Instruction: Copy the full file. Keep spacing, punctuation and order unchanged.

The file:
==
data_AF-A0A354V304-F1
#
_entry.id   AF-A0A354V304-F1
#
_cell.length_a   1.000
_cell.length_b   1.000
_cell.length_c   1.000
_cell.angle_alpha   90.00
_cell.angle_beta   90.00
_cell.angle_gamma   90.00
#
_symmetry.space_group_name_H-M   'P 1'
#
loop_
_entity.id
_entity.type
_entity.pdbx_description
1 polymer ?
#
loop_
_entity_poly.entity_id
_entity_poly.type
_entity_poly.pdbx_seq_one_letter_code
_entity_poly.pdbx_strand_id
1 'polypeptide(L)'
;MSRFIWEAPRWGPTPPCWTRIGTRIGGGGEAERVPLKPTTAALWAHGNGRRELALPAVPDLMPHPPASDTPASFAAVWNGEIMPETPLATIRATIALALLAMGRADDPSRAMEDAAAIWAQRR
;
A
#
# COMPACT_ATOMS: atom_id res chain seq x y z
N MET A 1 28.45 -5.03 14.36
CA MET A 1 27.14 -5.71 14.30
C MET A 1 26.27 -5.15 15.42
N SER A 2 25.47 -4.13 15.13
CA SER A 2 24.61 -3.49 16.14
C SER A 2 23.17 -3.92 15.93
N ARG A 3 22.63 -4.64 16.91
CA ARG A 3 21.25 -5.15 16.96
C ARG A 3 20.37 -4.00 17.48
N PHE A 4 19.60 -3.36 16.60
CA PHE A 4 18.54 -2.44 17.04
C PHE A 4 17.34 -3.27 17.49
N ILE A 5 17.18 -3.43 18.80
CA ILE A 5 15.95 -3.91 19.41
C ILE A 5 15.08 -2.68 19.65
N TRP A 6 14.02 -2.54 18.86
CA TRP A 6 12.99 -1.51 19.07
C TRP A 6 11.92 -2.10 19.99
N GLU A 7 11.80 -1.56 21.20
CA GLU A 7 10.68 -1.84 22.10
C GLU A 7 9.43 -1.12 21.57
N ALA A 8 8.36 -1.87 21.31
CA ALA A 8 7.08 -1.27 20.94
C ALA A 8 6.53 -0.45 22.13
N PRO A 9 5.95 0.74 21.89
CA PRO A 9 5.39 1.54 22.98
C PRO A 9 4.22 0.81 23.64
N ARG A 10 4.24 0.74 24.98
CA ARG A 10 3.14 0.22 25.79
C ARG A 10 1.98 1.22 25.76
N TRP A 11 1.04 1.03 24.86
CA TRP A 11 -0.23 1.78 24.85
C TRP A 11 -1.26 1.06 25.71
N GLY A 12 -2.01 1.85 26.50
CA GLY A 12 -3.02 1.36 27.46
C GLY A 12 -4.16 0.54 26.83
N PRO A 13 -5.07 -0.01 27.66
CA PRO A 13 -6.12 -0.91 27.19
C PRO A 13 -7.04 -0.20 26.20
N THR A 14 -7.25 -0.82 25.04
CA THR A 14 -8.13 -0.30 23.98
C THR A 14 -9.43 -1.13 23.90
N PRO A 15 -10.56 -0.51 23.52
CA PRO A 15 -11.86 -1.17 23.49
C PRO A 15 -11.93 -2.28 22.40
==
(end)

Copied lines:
data_AF-A0A354V304-F1
#
_entry.id   AF-A0A354V304-F1
#
_cell.length_a   1.000
_cell.length_b   1.000
_cell.length_c   1.000
_cell.angle_alpha   90.00
_cell.angle_beta   90.00
_cell.angle_gamma   90.00
#
_symmetry.space_group_name_H-M   'P 1'
#
loop_
_entity.id
_entity.type
_entity.pdbx_description
1 polymer ?
#
loop_
_entity_poly.entity_id
_entity_poly.type
_entity_poly.pdbx_seq_one_letter_code
_entity_poly.pdbx_strand_id
1 'polypeptide(L)'
;MSRFIWEAPRWGPTPPCWTRIGTRIGGGGEAERVPLKPTTAALWAHGNGRRELALPAVPDLMPHPPASDTPASFAAVWNGEIMPETPLATIRATIALALLAMGRADDPSRAMEDAAAIWAQRR
;
A
#
# COMPACT_ATOMS: atom_id res chain seq x y z
N MET A 1 28.45 -5.03 14.36
CA MET A 1 27.14 -5.71 14.30
C MET A 1 26.27 -5.15 15.42
N SER A 2 25.47 -4.13 15.13
CA SER A 2 24.61 -3.49 16.14
C SER A 2 23.17 -3.92 15.93
N ARG A 3 22.63 -4.64 16.91
CA ARG A 3 21.25 -5.15 16.96
C ARG A 3 20.37 -4.00 17.48
N PHE A 4 19.60 -3.36 16.60
CA PHE A 4 18.54 -2.44 17.04
C PHE A 4 17.34 -3.27 17.49
N ILE A 5 17.18 -3.43 18.80
CA ILE A 5 15.95 -3.91 19.41
C ILE A 5 15.08 -2.68 19.65
N TRP A 6 14.02 -2.54 18.86
CA TRP A 6 12.99 -1.51 19.07
C TRP A 6 11.92 -2.10 19.99
N GLU A 7 11.80 -1.56 21.20
CA GLU A 7 10.68 -1.84 22.10
C GLU A 7 9.43 -1.12 21.57
N ALA A 8 8.36 -1.87 21.31
CA ALA A 8 7.08 -1.27 20.94
C ALA A 8 6.53 -0.45 22.13
N PRO A 9 5.95 0.74 21.89
CA PRO A 9 5.39 1.54 22.98
C PRO A 9 4.22 0.81 23.64
N ARG A 10 4.24 0.74 24.98
CA ARG A 10 3.14 0.22 25.79
C ARG A 10 1.98 1.22 25.76
N TRP A 11 1.04 1.03 24.86
CA TRP A 11 -0.23 1.78 24.85
C TRP A 11 -1.26 1.06 25.71
N GLY A 12 -2.01 1.85 26.50
CA GLY A 12 -3.02 1.36 27.46
C GLY A 12 -4.16 0.54 26.83
N PRO A 13 -5.07 -0.01 27.66
CA PRO A 13 -6.12 -0.91 27.19
C PRO A 13 -7.04 -0.20 26.20
N THR A 14 -7.25 -0.82 25.04
CA THR A 14 -8.13 -0.30 23.98
C THR A 14 -9.43 -1.13 23.90
N PRO A 15 -10.56 -0.51 23.52
CA PRO A 15 -11.86 -1.17 23.49
C PRO A 15 -11.93 -2.28 22.40